### 5.2 Narrative Findings

We now move on to consider the free text supplied by members of P2 and extract common themes that enable us to identify specific features of real and simulated crowds. We performed an initial version of this analysis in Webster and Amos (2020), but extracted only a small number of general themes and did not correlate them with classification performance (as we do here). Our informal hypothesis is that participants who demonstrate significantly improved performance will correctly identify (in their free text responses) the characteristic features of both real and simulated crowds.

All 50 participants supplied feedback, so this provides useful additional context to explain the general uplift in performance. Given the relatively small amount of text, we performed manual thematic analysis to extract the predominant features highlighted in the supplied corpus. Each line of free text was broken down into thematic atoms, which were then semantically mapped onto overarching themes. These are summarised in Table 6, partitioned into those features ascribed to real crowds, and those to simulated crowds. We also give the relative frequency of each feature/theme (a link to the full data set is supplied at the end of the article). We label each feature for ease of presentation/discussion.

Table 6.

Themes identified in narrative comments (labels given in brackets) and their observed frequencies.

Real crowdsFrequency %
Heterogenous/diverse paths/speeds (R1) 9.21
Chaotic/unpredictable/erratic movement - rapid changes (R2) 21.05
Decisiveness/purposefulness - direct movement (R3) 6.56
Stop-start movement (R4) 7.89
Static individuals/groups (R5) 2.63
Groups/flocking/close proximity/collisions (R6) 7.89
Collision avoidance (R7) 5.26
Simulated crowds Frequency %
Homogeneous behaviour (S1) 5.26
Rapid direction/speed changes (S2) 3.95
Goal-driven (S3) 3.95
Smooth/continuous movement (S4) 15.79
Clusters (S5) 1.32
Long interactions/collisions and close proximity (S6) 6.58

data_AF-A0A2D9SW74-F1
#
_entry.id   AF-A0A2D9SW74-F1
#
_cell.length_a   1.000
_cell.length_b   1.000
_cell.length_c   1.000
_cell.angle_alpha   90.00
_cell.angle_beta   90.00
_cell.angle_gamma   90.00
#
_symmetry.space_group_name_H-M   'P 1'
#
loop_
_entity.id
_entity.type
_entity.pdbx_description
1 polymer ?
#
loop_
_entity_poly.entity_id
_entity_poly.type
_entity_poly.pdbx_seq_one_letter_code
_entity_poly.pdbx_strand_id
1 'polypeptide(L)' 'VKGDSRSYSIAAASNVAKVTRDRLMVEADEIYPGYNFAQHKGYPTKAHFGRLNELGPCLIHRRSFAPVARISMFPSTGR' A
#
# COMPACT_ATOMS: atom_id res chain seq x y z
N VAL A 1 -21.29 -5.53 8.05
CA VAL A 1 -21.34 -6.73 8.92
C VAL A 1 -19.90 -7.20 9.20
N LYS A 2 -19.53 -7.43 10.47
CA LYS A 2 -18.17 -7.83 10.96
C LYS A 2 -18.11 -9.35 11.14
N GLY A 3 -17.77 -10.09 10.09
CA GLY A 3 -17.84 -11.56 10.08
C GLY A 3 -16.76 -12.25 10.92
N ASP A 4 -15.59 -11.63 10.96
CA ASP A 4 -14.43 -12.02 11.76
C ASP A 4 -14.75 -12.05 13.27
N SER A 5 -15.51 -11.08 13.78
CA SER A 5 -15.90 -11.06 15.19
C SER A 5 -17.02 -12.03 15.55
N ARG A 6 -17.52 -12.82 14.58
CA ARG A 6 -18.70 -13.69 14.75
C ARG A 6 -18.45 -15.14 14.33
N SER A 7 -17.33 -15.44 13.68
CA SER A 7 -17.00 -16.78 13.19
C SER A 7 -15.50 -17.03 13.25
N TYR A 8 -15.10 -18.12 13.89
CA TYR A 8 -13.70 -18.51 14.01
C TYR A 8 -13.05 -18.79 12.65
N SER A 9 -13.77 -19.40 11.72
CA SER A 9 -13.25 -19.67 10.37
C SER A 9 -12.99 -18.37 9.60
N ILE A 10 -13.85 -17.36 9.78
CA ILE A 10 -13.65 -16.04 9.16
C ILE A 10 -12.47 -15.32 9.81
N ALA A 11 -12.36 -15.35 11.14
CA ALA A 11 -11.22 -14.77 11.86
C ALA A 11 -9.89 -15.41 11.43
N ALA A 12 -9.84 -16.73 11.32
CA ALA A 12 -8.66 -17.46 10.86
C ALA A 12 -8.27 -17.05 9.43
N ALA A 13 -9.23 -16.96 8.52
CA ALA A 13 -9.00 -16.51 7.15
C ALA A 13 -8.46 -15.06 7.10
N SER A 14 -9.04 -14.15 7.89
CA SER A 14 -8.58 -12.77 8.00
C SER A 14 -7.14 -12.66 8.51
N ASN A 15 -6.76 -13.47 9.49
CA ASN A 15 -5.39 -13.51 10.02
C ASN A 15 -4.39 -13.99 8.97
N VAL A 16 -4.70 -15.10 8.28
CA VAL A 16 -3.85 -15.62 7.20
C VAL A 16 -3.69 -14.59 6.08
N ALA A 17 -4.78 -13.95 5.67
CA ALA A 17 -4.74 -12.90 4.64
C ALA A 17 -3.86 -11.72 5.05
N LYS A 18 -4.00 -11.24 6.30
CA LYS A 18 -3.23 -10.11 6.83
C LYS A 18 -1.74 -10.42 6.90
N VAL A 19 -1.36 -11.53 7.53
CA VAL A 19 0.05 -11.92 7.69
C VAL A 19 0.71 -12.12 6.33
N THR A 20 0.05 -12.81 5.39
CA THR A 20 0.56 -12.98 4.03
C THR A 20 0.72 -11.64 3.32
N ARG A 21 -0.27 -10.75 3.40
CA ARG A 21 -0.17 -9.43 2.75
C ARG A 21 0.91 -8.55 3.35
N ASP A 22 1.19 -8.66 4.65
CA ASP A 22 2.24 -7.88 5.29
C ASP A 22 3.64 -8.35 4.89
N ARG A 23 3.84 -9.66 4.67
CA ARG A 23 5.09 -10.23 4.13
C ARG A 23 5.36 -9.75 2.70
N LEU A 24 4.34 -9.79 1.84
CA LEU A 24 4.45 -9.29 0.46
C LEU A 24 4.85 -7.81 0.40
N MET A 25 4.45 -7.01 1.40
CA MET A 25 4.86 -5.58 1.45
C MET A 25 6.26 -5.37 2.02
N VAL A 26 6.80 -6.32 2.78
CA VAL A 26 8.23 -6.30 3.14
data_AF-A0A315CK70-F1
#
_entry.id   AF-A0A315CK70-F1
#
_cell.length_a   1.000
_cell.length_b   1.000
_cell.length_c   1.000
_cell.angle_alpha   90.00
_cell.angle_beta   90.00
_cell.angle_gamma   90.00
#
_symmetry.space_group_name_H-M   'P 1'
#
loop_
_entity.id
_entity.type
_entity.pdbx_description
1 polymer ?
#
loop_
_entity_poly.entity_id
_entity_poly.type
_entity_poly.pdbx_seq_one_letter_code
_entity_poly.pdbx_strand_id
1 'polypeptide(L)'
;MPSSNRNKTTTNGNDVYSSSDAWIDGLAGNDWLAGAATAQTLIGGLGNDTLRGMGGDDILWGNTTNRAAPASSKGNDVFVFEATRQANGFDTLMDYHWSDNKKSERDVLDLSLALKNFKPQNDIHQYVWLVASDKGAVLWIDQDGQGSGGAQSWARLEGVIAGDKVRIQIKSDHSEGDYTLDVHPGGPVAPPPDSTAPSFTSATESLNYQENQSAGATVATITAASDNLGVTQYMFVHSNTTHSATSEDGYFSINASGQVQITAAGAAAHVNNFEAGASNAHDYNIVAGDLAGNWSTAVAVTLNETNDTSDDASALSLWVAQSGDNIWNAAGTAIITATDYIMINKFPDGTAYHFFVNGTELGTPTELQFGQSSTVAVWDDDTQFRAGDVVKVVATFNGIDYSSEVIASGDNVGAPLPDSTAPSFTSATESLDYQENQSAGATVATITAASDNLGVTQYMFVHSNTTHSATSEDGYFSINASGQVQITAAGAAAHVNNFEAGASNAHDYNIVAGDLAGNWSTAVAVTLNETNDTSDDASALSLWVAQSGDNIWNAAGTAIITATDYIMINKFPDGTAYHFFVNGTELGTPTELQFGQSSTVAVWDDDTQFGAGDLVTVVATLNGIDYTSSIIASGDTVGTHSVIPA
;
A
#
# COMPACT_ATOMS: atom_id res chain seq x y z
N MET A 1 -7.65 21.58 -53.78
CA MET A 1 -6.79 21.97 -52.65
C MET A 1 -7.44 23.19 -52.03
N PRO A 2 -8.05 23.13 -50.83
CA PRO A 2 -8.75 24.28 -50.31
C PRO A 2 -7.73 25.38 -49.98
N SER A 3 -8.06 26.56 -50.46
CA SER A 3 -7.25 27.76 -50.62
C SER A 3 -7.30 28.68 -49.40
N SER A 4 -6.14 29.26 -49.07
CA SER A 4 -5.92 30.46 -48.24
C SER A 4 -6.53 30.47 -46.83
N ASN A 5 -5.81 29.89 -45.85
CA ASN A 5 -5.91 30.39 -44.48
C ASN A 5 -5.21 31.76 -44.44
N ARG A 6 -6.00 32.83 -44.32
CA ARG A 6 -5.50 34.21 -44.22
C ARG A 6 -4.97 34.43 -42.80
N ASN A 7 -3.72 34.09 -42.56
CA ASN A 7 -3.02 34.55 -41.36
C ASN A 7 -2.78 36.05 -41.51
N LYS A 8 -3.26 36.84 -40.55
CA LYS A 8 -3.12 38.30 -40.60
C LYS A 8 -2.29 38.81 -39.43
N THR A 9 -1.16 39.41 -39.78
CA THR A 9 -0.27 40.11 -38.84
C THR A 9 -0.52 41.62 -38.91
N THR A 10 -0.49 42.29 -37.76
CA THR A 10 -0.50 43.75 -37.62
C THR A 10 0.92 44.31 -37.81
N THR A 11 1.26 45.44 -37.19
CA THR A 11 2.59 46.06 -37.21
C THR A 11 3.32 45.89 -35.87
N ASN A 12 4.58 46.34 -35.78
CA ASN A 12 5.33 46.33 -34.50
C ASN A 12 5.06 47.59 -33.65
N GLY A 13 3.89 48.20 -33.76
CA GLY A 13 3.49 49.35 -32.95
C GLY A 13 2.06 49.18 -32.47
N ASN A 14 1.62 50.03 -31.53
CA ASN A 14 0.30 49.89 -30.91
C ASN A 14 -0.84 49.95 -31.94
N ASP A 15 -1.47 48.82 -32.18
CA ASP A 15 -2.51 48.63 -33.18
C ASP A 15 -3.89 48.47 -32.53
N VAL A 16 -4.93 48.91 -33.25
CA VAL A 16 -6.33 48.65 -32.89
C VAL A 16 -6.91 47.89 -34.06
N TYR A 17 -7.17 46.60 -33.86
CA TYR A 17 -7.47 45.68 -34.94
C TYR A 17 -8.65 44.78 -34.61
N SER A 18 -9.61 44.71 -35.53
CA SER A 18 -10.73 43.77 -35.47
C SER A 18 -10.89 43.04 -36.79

Collision avoidance (S7) 2.63
Real crowdsFrequency %
Heterogenous/diverse paths/speeds (R1) 9.21
Chaotic/unpredictable/erratic movement - rapid changes (R2) 21.05
Decisiveness/purposefulness - direct movement (R3) 6.56
Stop-start movement (R4) 7.89
Static individuals/groups (R5) 2.63
Groups/flocking/close proximity/collisions (R6) 7.89
Collision avoidance (R7) 5.26
Simulated crowds Frequency %
Homogeneous behaviour (S1) 5.26
Rapid direction/speed changes (S2) 3.95
Goal-driven (S3) 3.95
Smooth/continuous movement (S4) 15.79
Clusters (S5) 1.32
Long interactions/collisions and close proximity (S6) 6.58
Collision avoidance (S7) 2.63

Note. Related themes across real and simulated are numbered similarly, although there may not always be an exact correlation.

We immediately notice two dominant features: R2 (real crowds exhibit chaotic or unpredictable movement, sometimes with rapid changes in speed/direction) accounted for 21% of thematic atoms, and S4 (simulated crowds show smooth/continuous movement) accounted for nearly 16% of all atoms. These observations are clearly complementary, in that (after training) observers believe that real crowds are more unpredictable than simulated crowds, which move more smoothly. The real data set does include many examples of unpredictable/rapid changes in movement, where (we assume, not having access to the full video data sets) an individual is dashing across the space and adjusting their movements to avoid others, or where they double-back on themselves.

However, it is not sufficient to simply analyse the frequency of themes, since dominant features may not necessarily correlate with good classification performance in the participants who identify them. We also need to extract the features that have been identified by the participants who perform best (or who show the best relative improvement) in the classification task. We first consider relative changes in scores, and then look at the absolute changes, as each perspective yields insights.

In Figure 10 we plot each theme against both the frequency of mentions and the average relative change in classification performance of participants who specifically mention that theme. All scores are expressed in terms of the percentage of movies that were correctly classified, not the raw score (as previously stated, the number of movies differs between tests). For each participant, only where score1 > 0, the relative change in score is calculated by ((score2score1)/score1 * 100). For example, a participant who scored 3/12 (25%) in Test 1 and 15/18 (83%) in Test 2 would have their relative change calculated as ((83 – 25)/25) * 100) = 232%.

Figure 10.